Fenn stared at me, opened her mouth slightly, then cracked a teary-eyed smile. “Gods Juniper, I don’t know what would be sadder, if that was the best joke you had from Earth, or if you came up with that on your own.” She started laughing then, still with tears in her eyes, and sat up to pull me closer. “Hug,” she said, so I hugged her. My sense of blood was fading with every passing minute, but she still had more of my blood than her own, and it was like I could feel the shape of her just by noticing that sixth sense.

“Okay,” she said, after we had held each other for a while. She pulled away and swung her legs off the bed-nook, then stood up, wobbling only slightly. She began to strip off the armor, which I had to think was a total loss, and the cut had gone through pretty much everything that she was wearing, which meant all her clothes beneath it too. I averted my eyes, because it didn’t seem like she was trying to put on a show for me, it just seemed like she didn’t want to be in this reminder of what had happened to her. She made no comment on the fact that I wasn’t looking at her.

“Where’s Sable?” she asked.

“Amaryllis has it,” I replied.

“That sneaky bitch,” Fenn replied with a grin. “Taking advantage of my brief nap to use the best magic item the party has, that’s just like her.” She kept her tone light and casual. “She’s okay then?” With the last of her clothes off, underwear included, she sat back down in the bed and crossed her legs. “I have no clothes,” she said.

“I noticed,” I replied. “Here.” I began taking off my armor, stopping only momentarily to look at the pure-white mark where it had entirely absorbed the fireball. When the top half of it was removed, I took off my undershirt and handed it to Fenn. I couldn’t help but get a warm glow at the way her look lingered on my abs (a perk of my high PHY).

She stopped to give it a quick sniff before putting it on. “Well now I’m going to smell like you,” she said. “But thank you.” She hesitated slightly. “And Grak is okay too?”

“Everyone is fine,” I replied, realizing that I hadn’t given her an after-action report, and if someone had done that to me, I would have assumed they were holding back bad news. “Solace is tapped completely dry, so we’re going to have to wait on her to recharge before we can leave the bottle. I healed Grak enough that he told me to stop worrying. Amaryllis came through a bit battered but still in fighting shape. Larkspur is dead, along with everyone he brought with him. More than that, I don’t know. Grak and Amaryllis have the bottle, I came in here to save you.”

“Ah,” she said. “Save me?”

“Do you want to hear this?” I asked.

“If it’s about you heroically saving me, then yes,” said Fenn.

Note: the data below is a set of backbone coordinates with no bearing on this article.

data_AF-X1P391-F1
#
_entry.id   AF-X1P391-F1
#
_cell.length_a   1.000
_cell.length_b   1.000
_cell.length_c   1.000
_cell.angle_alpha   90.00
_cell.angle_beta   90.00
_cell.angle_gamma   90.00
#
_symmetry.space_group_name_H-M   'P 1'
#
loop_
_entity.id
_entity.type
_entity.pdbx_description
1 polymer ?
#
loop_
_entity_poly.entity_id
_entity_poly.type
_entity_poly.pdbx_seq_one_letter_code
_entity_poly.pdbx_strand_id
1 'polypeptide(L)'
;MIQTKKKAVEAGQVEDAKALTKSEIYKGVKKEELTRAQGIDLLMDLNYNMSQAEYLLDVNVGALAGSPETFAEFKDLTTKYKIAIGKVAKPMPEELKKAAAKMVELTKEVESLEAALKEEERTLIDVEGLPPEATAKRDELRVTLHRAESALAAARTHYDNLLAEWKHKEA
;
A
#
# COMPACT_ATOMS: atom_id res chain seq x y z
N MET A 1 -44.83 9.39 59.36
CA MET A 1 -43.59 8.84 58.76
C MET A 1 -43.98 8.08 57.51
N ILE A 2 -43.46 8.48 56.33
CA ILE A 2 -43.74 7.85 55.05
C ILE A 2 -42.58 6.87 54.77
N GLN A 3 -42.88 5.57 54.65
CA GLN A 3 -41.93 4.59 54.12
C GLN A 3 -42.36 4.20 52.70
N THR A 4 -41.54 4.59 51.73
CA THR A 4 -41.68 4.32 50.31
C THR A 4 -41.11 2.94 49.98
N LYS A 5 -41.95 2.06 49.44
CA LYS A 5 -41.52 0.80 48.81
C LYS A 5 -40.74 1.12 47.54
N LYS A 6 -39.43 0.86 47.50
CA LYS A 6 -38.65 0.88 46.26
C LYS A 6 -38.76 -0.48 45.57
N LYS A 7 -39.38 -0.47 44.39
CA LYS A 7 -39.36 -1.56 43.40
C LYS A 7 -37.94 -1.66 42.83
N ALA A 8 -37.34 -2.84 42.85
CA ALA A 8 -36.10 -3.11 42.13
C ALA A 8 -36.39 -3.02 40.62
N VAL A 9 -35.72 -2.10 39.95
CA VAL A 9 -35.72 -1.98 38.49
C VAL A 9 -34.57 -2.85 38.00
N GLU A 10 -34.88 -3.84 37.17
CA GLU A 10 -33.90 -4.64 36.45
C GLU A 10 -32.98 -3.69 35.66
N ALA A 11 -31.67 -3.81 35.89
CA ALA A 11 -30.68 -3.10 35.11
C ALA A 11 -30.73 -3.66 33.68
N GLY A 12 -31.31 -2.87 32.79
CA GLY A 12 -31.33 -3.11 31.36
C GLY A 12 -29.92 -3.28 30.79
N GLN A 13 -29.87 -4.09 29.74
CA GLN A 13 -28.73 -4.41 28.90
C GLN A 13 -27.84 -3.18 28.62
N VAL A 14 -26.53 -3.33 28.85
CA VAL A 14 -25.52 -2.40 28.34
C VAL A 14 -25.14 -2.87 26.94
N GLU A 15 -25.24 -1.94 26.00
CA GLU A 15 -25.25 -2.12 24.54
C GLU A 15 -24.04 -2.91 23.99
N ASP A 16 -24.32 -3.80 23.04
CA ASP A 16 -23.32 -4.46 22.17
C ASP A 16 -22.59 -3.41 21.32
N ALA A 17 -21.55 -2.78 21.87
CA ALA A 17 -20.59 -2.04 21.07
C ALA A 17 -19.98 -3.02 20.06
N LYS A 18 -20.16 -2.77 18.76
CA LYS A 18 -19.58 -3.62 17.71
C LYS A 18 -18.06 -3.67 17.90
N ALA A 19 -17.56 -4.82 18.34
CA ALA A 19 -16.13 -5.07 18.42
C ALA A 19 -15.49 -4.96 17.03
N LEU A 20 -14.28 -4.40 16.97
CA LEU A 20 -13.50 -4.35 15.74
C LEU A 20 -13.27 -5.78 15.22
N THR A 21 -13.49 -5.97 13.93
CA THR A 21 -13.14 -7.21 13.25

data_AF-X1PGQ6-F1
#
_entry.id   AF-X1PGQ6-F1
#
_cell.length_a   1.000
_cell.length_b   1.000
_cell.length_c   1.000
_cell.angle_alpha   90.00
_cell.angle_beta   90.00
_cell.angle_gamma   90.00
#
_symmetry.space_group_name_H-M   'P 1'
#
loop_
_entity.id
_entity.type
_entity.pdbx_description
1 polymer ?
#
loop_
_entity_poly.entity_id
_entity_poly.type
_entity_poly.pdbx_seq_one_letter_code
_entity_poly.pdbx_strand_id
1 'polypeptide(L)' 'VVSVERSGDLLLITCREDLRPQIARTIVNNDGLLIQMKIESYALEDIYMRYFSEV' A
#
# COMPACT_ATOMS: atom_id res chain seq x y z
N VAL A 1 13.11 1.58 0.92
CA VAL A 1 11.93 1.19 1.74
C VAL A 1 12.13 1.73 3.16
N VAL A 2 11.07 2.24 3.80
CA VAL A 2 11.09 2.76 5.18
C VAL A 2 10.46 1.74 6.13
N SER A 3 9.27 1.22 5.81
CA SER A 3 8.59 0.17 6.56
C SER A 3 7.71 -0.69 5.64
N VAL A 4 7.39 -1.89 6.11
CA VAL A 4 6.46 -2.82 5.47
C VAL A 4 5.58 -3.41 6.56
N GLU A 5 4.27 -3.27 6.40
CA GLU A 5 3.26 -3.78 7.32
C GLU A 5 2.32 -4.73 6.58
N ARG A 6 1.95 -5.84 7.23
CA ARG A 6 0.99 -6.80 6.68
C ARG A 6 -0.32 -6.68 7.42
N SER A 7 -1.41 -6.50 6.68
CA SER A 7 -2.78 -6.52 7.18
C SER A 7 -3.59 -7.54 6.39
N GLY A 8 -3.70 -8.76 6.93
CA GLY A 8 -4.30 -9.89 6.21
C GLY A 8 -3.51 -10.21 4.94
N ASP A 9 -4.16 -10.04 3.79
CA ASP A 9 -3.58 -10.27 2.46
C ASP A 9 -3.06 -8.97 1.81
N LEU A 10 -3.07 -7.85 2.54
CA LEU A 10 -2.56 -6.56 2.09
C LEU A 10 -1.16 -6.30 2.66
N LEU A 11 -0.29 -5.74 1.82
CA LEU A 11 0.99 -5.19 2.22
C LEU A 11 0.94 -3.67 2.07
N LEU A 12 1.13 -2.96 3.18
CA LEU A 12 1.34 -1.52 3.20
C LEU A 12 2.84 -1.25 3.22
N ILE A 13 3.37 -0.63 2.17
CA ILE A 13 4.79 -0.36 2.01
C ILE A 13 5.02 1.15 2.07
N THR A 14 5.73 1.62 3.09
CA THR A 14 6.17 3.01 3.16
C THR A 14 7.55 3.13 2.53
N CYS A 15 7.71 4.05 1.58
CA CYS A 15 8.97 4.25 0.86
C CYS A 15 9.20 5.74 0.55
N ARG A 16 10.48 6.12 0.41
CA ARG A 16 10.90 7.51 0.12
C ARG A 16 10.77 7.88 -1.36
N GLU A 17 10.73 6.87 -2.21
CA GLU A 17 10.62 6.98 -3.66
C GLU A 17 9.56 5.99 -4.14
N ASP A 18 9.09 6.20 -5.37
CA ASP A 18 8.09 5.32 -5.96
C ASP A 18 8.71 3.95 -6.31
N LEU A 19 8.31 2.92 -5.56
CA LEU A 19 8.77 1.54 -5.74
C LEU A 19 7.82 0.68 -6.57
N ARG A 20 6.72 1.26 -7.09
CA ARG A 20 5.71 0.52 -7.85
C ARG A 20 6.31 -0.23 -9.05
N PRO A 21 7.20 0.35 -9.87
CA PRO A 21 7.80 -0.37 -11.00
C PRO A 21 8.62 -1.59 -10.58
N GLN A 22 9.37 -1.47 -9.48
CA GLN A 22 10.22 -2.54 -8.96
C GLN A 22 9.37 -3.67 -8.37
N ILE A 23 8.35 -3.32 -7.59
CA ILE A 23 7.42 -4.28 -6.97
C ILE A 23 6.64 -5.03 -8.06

“Solace did most of the work,” I said. “After you were … after what happened to you, she brought you here and put you back together before you died.” Or, possibly, after you had died. On Earth, you weren’t dead until you were warm and dead, but on Aerb, it probably moved beyond that. Maybe you weren’t actually dead until your soul left your body. “You had lost too much blood though, and if you don’t have enough blood to move oxygen around, or to keep blood pressure, then your heart and brain will start to fail. You were back in one piece again, but you needed blood, so I gave you some of mine.”

“You know how to do that?” asked Fenn with a raised eyebrow.

“Not really,” I said. “It seems like it worked though.”

“Seems like it,” she replied. She looked down at her hands and flexed them, tightening them into fists. “It’s very … intimate.” She traced a finger along the arteries in her wrist and shivered slightly. “Elves –” she began, then stopped. “I told you about the cannibalism thing?”

“Yeah,” I replied, watching her.

“It’s an insult,” she said. She was still a little bit shaky, still not back to her normal self. “Usually.” She closed her eyes and tapped at her neck. “But when two elves get married, there’s this part of it where they stick a finger in each other’s mouth, usually the thumb, and they both bite down hard enough to draw blood. It’s difficult to explain.” She touched her slender hands to her throat, using her fingers to feel at her pulse. “I mean, not hard to explain what they do, but just, the weight of it. Elves have this obsession with consumption. The average meal is a bunch of elaborate, delicately prepared pieces of raw meat, perfect in every way. The day is centered around eating, divided and marked by it. For an elf, it’s about being better than the thing the meat came from. Eating is a way of saying ‘fuck you boar, I’m better than you’. It’s affirmational. In the context of marriage, it’s a husband saying to his wife, ‘I’m so much less than you that I would give of my body, unasked, to allow it to sustain you’, and his bride answering the same in return.”